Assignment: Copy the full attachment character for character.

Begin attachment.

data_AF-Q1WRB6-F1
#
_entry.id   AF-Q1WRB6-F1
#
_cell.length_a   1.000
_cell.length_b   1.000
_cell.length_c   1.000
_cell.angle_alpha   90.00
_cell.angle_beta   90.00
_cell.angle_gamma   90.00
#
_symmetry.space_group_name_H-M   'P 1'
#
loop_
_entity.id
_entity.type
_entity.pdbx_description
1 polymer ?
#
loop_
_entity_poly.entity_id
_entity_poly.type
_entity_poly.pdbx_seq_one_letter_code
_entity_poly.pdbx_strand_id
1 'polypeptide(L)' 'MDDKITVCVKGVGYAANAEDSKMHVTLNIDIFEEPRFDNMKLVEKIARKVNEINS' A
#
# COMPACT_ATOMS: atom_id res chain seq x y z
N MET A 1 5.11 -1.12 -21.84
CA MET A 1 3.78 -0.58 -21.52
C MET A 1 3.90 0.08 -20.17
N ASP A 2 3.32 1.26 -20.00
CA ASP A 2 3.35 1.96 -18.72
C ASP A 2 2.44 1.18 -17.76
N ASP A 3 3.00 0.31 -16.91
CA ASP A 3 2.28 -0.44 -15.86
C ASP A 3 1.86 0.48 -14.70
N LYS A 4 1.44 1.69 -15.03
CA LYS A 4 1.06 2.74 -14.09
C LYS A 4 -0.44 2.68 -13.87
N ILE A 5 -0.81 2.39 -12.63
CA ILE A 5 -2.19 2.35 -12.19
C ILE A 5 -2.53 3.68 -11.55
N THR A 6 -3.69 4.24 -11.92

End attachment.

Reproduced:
data_AF-Q1WRB6-F1
#
_entry.id   AF-Q1WRB6-F1
#
_cell.length_a   1.000
_cell.length_b   1.000
_cell.length_c   1.000
_cell.angle_alpha   90.00
_cell.angle_beta   90.00
_cell.angle_gamma   90.00
#
_symmetry.space_group_name_H-M   'P 1'
#
loop_
_entity.id
_entity.type
_entity.pdbx_description
1 polymer ?
#
loop_
_entity_poly.entity_id
_entity_poly.type
_entity_poly.pdbx_seq_one_letter_code
_entity_poly.pdbx_strand_id
1 'polypeptide(L)' 'MDDKITVCVKGVGYAANAEDSKMHVTLNIDIFEEPRFDNMKLVEKIARKVNEINS' A
#
# COMPACT_ATOMS: atom_id res chain seq x y z
N MET A 1 5.11 -1.12 -21.84
CA MET A 1 3.78 -0.58 -21.52
C MET A 1 3.90 0.08 -20.17
N ASP A 2 3.32 1.26 -20.00
CA ASP A 2 3.35 1.96 -18.72
C ASP A 2 2.44 1.18 -17.76
N ASP A 3 3.00 0.31 -16.91
CA ASP A 3 2.28 -0.44 -15.86
C ASP A 3 1.86 0.48 -14.70
N LYS A 4 1.44 1.69 -15.03
CA LYS A 4 1.06 2.74 -14.09
C LYS A 4 -0.44 2.68 -13.87
N ILE A 5 -0.81 2.39 -12.63
CA ILE A 5 -2.19 2.35 -12.19
C ILE A 5 -2.53 3.68 -11.55
N THR A 6 -3.69 4.24 -11.92